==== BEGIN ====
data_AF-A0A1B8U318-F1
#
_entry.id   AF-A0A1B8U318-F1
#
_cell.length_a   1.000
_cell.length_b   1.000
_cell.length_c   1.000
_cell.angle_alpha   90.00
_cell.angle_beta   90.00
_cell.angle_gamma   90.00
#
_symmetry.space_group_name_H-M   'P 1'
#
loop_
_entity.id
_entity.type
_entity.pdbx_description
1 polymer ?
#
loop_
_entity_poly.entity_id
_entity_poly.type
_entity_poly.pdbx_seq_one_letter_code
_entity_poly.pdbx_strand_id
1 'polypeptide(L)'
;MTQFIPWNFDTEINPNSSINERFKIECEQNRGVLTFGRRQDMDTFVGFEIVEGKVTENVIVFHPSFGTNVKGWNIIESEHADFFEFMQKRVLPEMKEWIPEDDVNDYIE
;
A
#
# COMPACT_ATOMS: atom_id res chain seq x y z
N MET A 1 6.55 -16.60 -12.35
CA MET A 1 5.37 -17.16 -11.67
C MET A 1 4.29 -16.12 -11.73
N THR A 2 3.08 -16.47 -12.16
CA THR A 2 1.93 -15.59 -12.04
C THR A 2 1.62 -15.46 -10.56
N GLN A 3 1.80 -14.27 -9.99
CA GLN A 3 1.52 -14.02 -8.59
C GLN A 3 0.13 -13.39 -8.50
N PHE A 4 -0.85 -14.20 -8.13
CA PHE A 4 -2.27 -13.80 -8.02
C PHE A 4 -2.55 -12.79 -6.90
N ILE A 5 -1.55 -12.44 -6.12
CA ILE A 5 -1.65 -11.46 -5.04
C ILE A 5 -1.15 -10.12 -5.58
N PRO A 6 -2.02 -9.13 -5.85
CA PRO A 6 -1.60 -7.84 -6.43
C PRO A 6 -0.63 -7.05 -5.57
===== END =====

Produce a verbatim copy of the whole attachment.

data_AF-A0A1B8U318-F1
#
_entry.id   AF-A0A1B8U318-F1
#
_cell.length_a   1.000
_cell.length_b   1.000
_cell.length_c   1.000
_cell.angle_alpha   90.00
_cell.angle_beta   90.00
_cell.angle_gamma   90.00
#
_symmetry.space_group_name_H-M   'P 1'
#
loop_
_entity.id
_entity.type
_entity.pdbx_description
1 polymer ?
#
loop_
_entity_poly.entity_id
_entity_poly.type
_entity_poly.pdbx_seq_one_letter_code
_entity_poly.pdbx_strand_id
1 'polypeptide(L)'
;MTQFIPWNFDTEINPNSSINERFKIECEQNRGVLTFGRRQDMDTFVGFEIVEGKVTENVIVFHPSFGTNVKGWNIIESEHADFFEFMQKRVLPEMKEWIPEDDVNDYIE
;
A
#
# COMPACT_ATOMS: atom_id res chain seq x y z
N MET A 1 6.55 -16.60 -12.35
CA MET A 1 5.37 -17.16 -11.67
C MET A 1 4.29 -16.12 -11.73
N THR A 2 3.08 -16.47 -12.16
CA THR A 2 1.93 -15.59 -12.04
C THR A 2 1.62 -15.46 -10.56
N GLN A 3 1.80 -14.27 -9.99
CA GLN A 3 1.52 -14.02 -8.59
C GLN A 3 0.13 -13.39 -8.50
N PHE A 4 -0.85 -14.20 -8.13
CA PHE A 4 -2.27 -13.80 -8.02
C PHE A 4 -2.55 -12.79 -6.90
N ILE A 5 -1.55 -12.44 -6.12
CA ILE A 5 -1.65 -11.46 -5.04
C ILE A 5 -1.15 -10.12 -5.58
N PRO A 6 -2.02 -9.13 -5.85
CA PRO A 6 -1.60 -7.84 -6.43
C PRO A 6 -0.63 -7.05 -5.57